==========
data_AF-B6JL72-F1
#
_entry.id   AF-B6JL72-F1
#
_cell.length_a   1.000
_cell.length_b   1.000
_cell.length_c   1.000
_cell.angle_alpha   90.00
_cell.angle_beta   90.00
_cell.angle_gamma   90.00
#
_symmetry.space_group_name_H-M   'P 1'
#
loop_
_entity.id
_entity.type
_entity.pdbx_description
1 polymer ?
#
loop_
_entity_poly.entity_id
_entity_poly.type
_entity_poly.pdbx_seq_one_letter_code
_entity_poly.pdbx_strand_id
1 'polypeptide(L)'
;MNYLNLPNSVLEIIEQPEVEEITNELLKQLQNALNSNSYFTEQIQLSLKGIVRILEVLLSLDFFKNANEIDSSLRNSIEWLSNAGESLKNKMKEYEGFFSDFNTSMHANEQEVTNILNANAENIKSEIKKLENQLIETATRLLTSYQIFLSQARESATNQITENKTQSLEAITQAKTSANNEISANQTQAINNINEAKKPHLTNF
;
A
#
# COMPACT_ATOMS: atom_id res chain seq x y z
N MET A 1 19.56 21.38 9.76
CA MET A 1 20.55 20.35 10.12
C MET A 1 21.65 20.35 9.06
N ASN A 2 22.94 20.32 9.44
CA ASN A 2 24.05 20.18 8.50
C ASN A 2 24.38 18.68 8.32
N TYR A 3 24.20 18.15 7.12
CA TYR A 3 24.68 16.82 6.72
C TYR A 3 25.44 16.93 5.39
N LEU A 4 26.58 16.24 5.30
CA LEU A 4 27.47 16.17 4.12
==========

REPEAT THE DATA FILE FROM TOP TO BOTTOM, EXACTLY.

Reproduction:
data_AF-B6JL72-F1
#
_entry.id   AF-B6JL72-F1
#
_cell.length_a   1.000
_cell.length_b   1.000
_cell.length_c   1.000
_cell.angle_alpha   90.00
_cell.angle_beta   90.00
_cell.angle_gamma   90.00
#
_symmetry.space_group_name_H-M   'P 1'
#
loop_
_entity.id
_entity.type
_entity.pdbx_description
1 polymer ?
#
loop_
_entity_poly.entity_id
_entity_poly.type
_entity_poly.pdbx_seq_one_letter_code
_entity_poly.pdbx_strand_id
1 'polypeptide(L)'
;MNYLNLPNSVLEIIEQPEVEEITNELLKQLQNALNSNSYFTEQIQLSLKGIVRILEVLLSLDFFKNANEIDSSLRNSIEWLSNAGESLKNKMKEYEGFFSDFNTSMHANEQEVTNILNANAENIKSEIKKLENQLIETATRLLTSYQIFLSQARESATNQITENKTQSLEAITQAKTSANNEISANQTQAINNINEAKKPHLTNF
;
A
#
# COMPACT_ATOMS: atom_id res chain seq x y z
N MET A 1 19.56 21.38 9.76
CA MET A 1 20.55 20.35 10.12
C MET A 1 21.65 20.35 9.06
N ASN A 2 22.94 20.32 9.44
CA ASN A 2 24.05 20.18 8.50
C ASN A 2 24.38 18.68 8.32
N TYR A 3 24.20 18.15 7.12
CA TYR A 3 24.68 16.82 6.72
C TYR A 3 25.44 16.93 5.39
N LEU A 4 26.58 16.24 5.30
CA LEU A 4 27.47 16.17 4.12